We live in a wireless world. Wireless is everywhere. Wi-Fi, 4G LTE, radio and TV, and all with enough radiation to turn your skin orange and make you run for public office. What’s missing from all this growing wirelessness?
A Mac with LTE. Microsoft has a Surface Go model with LTE. Chromebooks come with LTE. Your iPhone, of course. Even iPad has an option for always on cellular LTE to give you more connectivity than built-in Wi-Fi.
Where’s the Mac with LTE, Apple?
Ah, right. Apple is a hardware company. If you had a Mac with LTE built in then you may not need an iPhone with HotSpot. See? Here’s the deal. Apple sells hardware. The more hardware you buy, the richer Apple gets (which means the company pays bonuses to employees, bonuses to stockholders in the form of dividends, and rewards investors with a higher stock price).
Meanwhile, if you’re a road warrior and you want to connect your Mac to the internet and Wi-Fi isn’t available, then you’ll need an iPhone and HotSpot.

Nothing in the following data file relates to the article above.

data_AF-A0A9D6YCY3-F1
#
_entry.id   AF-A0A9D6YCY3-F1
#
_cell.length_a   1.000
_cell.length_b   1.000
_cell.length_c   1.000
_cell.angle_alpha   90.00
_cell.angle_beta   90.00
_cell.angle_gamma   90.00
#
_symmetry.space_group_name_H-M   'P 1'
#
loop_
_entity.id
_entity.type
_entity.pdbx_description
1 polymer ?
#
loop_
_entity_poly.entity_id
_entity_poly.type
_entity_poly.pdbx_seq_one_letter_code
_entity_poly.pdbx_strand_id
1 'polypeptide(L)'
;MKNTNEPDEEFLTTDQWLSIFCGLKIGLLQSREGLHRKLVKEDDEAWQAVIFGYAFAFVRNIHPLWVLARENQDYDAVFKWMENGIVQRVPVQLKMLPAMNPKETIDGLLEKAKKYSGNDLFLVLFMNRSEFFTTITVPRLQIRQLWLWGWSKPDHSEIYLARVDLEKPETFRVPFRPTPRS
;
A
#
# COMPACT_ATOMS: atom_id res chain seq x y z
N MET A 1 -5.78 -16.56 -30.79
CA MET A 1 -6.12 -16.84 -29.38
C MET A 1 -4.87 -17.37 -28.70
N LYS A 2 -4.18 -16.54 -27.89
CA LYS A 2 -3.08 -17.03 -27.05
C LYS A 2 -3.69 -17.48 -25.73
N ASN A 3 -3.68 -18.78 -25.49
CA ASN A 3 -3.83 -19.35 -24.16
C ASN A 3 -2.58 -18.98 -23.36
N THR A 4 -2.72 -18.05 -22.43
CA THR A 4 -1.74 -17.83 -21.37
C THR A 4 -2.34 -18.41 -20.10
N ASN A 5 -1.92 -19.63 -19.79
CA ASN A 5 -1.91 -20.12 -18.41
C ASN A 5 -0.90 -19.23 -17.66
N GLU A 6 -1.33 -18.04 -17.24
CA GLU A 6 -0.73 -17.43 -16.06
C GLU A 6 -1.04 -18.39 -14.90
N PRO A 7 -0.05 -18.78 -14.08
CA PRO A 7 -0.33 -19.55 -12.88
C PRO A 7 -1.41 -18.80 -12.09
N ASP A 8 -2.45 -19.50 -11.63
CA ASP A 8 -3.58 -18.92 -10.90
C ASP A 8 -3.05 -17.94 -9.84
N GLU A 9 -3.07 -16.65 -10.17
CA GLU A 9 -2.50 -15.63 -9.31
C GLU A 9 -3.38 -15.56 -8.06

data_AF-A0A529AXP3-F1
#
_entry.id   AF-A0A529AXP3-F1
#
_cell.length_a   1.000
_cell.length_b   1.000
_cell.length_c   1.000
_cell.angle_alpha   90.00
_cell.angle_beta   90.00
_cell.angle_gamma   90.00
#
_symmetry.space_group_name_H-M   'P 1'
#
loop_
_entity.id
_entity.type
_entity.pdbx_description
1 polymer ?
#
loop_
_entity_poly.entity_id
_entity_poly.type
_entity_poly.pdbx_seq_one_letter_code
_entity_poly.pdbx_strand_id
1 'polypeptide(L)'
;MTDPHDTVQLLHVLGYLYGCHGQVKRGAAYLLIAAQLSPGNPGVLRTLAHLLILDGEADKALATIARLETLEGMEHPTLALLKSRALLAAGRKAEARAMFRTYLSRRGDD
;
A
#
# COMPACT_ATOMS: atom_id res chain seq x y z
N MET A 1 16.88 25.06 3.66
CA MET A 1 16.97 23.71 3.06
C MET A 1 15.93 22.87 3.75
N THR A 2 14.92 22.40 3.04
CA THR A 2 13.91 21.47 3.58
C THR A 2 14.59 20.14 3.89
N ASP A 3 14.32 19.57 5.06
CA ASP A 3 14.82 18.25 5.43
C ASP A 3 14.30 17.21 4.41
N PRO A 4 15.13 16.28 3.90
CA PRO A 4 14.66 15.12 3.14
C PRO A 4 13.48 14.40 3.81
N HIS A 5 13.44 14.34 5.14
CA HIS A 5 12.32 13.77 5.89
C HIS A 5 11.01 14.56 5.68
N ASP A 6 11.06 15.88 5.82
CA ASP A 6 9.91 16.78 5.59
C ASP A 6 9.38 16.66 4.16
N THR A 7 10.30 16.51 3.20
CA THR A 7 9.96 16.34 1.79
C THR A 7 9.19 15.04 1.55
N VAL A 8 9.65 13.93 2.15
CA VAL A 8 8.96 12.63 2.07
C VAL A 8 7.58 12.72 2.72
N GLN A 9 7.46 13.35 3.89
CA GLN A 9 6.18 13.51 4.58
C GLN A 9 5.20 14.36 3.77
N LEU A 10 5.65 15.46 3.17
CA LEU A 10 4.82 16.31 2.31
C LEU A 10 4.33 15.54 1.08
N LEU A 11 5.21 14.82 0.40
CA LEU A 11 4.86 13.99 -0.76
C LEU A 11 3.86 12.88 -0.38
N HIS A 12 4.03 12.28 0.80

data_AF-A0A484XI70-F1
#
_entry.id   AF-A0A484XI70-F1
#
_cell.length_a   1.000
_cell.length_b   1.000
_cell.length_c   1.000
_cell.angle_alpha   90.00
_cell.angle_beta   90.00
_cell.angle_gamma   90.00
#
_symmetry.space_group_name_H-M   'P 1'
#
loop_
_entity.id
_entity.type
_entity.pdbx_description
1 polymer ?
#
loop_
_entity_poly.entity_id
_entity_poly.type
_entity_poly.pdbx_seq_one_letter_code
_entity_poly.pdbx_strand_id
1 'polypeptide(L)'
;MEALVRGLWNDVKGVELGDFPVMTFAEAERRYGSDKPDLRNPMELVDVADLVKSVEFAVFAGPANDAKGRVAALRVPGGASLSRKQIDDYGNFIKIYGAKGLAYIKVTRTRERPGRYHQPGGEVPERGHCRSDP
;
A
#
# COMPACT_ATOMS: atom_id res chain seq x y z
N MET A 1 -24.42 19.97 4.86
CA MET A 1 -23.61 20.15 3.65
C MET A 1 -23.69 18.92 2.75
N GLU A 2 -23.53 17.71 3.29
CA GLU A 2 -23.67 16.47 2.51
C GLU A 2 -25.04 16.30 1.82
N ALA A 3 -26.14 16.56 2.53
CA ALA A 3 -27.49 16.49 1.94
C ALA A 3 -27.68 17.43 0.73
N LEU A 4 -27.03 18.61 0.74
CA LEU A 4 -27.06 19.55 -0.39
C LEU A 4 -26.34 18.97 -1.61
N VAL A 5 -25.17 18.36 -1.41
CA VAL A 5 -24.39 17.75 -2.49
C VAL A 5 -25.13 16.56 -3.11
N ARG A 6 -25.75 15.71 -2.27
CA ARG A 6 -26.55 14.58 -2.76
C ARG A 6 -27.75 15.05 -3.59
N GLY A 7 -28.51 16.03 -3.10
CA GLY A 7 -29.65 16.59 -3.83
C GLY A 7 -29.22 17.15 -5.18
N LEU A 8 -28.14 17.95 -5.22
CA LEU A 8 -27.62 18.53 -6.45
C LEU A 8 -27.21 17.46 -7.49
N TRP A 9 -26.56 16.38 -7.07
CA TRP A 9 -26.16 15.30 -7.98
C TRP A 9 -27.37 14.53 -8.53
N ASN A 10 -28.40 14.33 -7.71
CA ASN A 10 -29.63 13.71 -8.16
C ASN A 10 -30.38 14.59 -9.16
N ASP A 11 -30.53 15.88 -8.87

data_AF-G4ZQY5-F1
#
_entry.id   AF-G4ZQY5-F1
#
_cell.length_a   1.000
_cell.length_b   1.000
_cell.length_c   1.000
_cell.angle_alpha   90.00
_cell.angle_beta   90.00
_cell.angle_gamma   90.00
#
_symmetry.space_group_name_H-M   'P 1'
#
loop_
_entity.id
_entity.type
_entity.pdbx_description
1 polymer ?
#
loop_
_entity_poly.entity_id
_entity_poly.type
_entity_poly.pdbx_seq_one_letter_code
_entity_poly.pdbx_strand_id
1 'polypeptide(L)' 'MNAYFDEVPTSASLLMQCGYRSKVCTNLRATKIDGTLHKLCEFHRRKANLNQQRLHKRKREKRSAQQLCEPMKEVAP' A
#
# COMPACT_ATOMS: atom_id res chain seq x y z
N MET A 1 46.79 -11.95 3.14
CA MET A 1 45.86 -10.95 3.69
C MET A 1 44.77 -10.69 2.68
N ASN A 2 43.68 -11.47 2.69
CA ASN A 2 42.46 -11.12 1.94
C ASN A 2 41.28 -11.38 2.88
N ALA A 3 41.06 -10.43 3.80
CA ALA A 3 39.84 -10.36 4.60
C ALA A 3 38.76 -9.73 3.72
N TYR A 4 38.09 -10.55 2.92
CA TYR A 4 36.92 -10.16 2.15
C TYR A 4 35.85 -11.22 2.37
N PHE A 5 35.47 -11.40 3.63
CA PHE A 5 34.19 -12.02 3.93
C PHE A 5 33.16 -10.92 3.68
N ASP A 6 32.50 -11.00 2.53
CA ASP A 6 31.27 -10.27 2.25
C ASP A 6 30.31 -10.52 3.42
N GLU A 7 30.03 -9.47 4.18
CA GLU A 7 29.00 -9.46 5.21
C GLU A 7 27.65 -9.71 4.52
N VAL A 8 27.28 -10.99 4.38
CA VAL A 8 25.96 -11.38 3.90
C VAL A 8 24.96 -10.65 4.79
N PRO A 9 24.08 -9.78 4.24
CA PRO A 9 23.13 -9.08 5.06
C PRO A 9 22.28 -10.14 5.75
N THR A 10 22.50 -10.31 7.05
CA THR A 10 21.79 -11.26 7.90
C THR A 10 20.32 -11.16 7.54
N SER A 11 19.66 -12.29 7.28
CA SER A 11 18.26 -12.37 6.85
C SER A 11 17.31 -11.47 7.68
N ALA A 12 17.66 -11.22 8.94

See? More hardware sales for Apple.
I’m sure there is a product manager at Apple with a spreadsheet and all the justification for why it’s bad business to sell a Mac with LTE cellular built-in, but isn’t it bad enough that Microsoft has a Surface touchscreen notebook tablet hybrid with built-in LTE cellular connectivity and Apple can only come up with expensive Mac notebooks that have Wi-Fi.
My refrigerator has Wi-Fi. I haven’t checked, but I would not be surprised to find out my Toto toilet has built-in Wi-Fi.
So, what’s the benefit of an always on LTE-equipped Mac?
The first clue should be obvious. Always connected. Look at the clicks you would save. As it is now, I have to move the Mac’s pointer to the Wi-Fi icon in the Menubar (Oh the humanity!), click it, wait for my iPhone to show up as the Personal HotSpot, select it, then wait for the connection, then work on my Mac and hope the connection doesn’t go away.
Hey, my Watch has LTE. Shouldn’t there be an option for a Mac with LTE?